Catching Up – April 2011 Newsletter Issue 23

It feels like ages since I was in touch with my faithful friends. But I want to thank you for your prayers, because it has been a time of growth for me and many others. December was a month I had battled to be positive about as it approached. Dr Dan went on holiday, leaving me with a short-term doctor Sharmini to cover the hospital. Then instead of the frantic trials I was expecting, it was incredibly quiet and even a joy! We worked together well and I even got time to do some organising around the hospital. Thank you.

My holiday month of January created a space for reflection and refreshment. My NZ friend Jennifer Macleod came to visit for 2 weeks. It was a rich experience to share my PNG life with someone I already knew well from my other home. Her entry into my world was dramatic: my village brother Andy died in the ward on her first morning. Wailing and gathering friends and cooking filled the day with unpredictable activity in my new language. Tropical heat was stifling and the mixture of joy in being with my friend and sorrow was intense. As the time went on with leisurely swims in the river, painting my lounge, chatting with friends – we also watched God bring peace to my grieving family.

Back at work, the year has been slowly gaining in momentum and we are officially back to full speed. We just hosted a visiting general surgeon from Australia and his wife. After several weeks organising and two years of accumulating patients, we did 44 operations in one week. Many came from our remote outstations, having walked several days or come by canoe or MAF plane. Some had transport problems and didn’t make it here, but we would have run out of time to operate on them! Amongst the many minor operations (abundant hernias and delayed tendon repairs) we were able to care for major ones like an advanced breast cancer, do a life-changing breast reduction and a leg amputation. It was a highlight for me to get more confident in anaesthesia. Thank you.

The start of the community health worker (CHW) school year meant the graduation of around 20 students and 30 more starting off on their two-year course. I was sad to see I didn’t know the out-going students very well. It is an opportunity to impact lives that I seem to have missed somewhere amongst my struggle to come to grips with hospital work. The principal was keen to start the new students of with a focus on God and I ended up being invited to lead them for a weekend retreat called “What are we here for?” I took up the challenge to present the gospel to them and introduce them to the vision that they become bringers of holistic care. How else will people achieve abundant life that is all about knowing God? We had a great time together as I told story of the Bible in about 10 stories, with discussion and bible study mingled through. I liked the way that stories got around their defenses and challenged them in practical and concrete terms. One student came and told me afterwards he was really keen to bring healing and share the gospel with remote people. Thank you.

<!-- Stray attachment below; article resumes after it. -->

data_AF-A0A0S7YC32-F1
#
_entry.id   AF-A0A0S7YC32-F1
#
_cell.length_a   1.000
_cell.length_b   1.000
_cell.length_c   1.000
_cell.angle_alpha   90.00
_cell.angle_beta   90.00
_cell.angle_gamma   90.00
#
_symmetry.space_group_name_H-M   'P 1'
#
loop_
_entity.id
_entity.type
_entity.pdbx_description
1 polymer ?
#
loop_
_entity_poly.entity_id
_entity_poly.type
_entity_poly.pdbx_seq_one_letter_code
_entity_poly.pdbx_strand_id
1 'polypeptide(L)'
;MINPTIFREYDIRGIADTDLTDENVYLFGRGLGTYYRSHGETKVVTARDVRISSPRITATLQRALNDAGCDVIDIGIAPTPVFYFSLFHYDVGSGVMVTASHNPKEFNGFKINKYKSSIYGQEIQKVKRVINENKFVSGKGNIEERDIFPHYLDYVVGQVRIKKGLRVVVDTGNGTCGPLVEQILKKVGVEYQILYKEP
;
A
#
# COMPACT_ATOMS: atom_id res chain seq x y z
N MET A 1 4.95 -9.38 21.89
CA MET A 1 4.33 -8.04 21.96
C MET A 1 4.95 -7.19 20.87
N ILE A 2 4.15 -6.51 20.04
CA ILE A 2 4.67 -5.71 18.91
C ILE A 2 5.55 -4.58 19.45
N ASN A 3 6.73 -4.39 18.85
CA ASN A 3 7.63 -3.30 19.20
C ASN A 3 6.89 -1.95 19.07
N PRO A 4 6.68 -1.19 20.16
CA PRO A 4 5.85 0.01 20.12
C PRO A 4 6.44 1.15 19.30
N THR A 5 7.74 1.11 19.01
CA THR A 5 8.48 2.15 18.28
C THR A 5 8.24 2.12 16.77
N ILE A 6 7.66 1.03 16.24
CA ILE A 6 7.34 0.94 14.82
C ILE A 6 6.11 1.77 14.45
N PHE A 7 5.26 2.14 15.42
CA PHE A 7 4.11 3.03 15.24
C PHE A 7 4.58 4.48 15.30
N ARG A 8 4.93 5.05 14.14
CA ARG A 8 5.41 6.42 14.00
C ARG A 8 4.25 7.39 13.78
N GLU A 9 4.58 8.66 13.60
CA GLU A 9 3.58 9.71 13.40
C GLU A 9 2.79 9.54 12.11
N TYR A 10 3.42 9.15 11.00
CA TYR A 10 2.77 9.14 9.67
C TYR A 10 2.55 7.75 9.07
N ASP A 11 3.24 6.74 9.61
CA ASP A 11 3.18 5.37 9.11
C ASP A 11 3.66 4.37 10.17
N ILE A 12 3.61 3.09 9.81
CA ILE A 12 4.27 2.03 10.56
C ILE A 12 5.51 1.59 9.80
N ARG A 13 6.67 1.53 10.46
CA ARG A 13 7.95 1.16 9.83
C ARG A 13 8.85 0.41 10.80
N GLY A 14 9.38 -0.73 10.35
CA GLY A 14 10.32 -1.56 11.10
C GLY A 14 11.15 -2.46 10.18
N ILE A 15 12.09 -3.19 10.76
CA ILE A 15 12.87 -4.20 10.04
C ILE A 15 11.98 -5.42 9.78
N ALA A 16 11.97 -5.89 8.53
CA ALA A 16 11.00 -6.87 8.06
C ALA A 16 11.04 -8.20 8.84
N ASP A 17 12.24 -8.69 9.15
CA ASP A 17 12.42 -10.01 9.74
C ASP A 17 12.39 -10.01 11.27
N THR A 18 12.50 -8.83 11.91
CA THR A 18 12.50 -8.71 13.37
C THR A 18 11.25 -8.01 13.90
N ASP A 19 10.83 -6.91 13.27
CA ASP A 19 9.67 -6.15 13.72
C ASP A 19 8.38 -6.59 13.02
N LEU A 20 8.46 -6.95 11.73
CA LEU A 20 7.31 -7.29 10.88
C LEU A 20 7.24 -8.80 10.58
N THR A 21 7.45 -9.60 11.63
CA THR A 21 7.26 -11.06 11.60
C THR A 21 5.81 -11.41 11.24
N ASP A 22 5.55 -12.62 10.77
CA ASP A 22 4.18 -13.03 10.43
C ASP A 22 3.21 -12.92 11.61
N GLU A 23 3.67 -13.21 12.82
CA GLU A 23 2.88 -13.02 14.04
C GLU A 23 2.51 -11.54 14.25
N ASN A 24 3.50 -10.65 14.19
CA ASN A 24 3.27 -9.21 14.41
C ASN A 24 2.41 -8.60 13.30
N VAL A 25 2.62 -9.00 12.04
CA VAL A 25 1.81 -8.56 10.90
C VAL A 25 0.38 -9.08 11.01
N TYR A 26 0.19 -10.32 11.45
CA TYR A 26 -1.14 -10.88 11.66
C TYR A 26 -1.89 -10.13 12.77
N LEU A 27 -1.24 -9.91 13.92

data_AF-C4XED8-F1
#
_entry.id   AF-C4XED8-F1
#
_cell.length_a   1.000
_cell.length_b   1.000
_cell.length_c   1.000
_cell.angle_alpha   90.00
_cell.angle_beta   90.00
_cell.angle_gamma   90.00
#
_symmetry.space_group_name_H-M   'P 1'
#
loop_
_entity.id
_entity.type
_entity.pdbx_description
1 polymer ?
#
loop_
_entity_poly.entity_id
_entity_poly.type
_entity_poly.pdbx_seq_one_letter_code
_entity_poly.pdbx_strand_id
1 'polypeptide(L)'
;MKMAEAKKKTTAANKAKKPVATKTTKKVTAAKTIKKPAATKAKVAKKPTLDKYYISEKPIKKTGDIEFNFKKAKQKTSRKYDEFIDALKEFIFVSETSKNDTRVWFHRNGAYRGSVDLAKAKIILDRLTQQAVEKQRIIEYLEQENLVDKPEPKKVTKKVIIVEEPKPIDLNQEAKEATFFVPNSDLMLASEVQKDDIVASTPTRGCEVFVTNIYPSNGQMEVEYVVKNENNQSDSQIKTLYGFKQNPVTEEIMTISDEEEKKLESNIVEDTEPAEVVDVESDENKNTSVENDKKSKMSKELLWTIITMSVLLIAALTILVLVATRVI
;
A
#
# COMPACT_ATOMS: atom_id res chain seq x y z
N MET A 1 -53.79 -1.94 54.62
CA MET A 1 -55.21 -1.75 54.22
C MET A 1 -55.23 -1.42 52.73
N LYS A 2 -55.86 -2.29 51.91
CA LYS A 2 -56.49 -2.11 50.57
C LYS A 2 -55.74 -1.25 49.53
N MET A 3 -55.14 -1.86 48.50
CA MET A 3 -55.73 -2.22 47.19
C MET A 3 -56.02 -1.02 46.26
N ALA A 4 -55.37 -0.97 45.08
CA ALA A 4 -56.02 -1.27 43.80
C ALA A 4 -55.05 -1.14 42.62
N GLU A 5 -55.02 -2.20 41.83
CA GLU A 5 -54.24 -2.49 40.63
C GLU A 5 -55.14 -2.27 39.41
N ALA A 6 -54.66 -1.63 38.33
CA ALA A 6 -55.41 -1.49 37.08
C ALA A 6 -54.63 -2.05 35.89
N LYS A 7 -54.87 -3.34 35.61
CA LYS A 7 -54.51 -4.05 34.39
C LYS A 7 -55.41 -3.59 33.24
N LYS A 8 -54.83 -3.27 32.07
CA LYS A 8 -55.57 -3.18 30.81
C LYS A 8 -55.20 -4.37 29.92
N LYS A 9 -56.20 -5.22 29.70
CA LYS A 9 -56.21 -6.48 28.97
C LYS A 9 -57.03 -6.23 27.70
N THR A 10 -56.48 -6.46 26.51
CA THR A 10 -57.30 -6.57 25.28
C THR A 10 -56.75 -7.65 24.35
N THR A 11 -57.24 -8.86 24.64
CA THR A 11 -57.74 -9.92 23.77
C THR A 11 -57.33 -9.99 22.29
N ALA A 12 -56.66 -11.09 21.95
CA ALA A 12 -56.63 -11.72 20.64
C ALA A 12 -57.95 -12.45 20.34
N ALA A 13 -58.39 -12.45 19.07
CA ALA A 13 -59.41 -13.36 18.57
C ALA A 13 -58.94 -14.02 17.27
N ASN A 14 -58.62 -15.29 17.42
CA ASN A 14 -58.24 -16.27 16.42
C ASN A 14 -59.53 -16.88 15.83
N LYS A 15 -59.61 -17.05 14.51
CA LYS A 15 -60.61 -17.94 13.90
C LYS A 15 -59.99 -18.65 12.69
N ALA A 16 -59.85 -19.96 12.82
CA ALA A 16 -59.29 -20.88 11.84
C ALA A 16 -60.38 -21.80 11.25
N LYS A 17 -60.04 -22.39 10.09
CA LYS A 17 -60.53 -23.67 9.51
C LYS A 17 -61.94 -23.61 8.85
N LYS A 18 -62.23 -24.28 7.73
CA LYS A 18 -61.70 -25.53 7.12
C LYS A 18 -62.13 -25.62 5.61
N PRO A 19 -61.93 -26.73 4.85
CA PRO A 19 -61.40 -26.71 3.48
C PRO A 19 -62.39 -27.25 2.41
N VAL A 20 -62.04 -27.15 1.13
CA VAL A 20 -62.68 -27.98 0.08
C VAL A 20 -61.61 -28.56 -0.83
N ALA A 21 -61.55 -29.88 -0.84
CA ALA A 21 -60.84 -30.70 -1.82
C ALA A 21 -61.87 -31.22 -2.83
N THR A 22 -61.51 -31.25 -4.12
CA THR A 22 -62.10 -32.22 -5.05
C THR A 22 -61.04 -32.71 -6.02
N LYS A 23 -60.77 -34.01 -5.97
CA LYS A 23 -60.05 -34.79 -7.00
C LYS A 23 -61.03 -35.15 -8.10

Many lives have been saved already this year. One memorable one was on a Saturday that I was on call. A radio call came from Suki (around an hour flight from Rumginae) about a man unconscious with a head wound from a fight. After several hours of deliberation and radio discussions between the community and MAF and other hospitals in the province, I flew with MAF to retrieve the patient and bring him back to Rumginae. His community made arrangements to pay for the flight, but no other hospital was willing to take him. I was rather nervous that it may be futile. I found him semiconscious with a deep knife wound from above his ear to across one eye and completely through his nose. Obviously deep into his brain. Our theatre area was undergoing renovations for the coming surgical visit, but we also don’t have much choice with anaesthetic, or know what we’re doing with brain surgery, or have a ventilator. I just gave antibiotics, gave a superficial clean and stitched the skin – but it felt like it was just putting on a bandaid. Two days later he had a fever and a paralysed arm – both bad signs. Finally he was accepted by the nearby mine hospital and he had the operation and post-op care that he needed. Last I heard, he was awake and talking. A staff member testified in church how God had answered her prayers and helped the patient, a relative. Thank you.

Many people have been asking about plans for my coming “kiwi leave” starting in about August this year. This six-month break from Rumginae has several parts in it that will have me moving around. First I’ll have a holiday and catch up with family, but later will share with my supporters and hope to do some up-skilling in different ways. I’ll be in touch later with more of the details as they’re worked out. In the meantime there’s plenty to do here! Thanks to God, through whom all things are possible.


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